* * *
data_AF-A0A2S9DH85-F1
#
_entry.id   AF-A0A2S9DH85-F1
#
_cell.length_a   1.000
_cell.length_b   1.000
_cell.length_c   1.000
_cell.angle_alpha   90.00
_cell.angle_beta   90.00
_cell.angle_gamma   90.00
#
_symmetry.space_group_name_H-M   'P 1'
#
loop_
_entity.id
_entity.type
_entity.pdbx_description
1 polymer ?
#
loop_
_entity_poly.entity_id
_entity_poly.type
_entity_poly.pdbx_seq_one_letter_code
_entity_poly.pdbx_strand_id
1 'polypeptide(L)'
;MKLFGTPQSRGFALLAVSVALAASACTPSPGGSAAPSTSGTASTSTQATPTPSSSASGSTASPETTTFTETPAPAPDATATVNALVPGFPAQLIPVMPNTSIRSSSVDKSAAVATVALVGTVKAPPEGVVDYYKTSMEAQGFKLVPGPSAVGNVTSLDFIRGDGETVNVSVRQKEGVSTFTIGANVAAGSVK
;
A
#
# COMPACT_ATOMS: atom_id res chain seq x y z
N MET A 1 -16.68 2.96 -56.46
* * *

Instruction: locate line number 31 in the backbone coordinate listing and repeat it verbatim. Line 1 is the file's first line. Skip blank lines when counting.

N MET A 1 -16.68 2.96 -56.46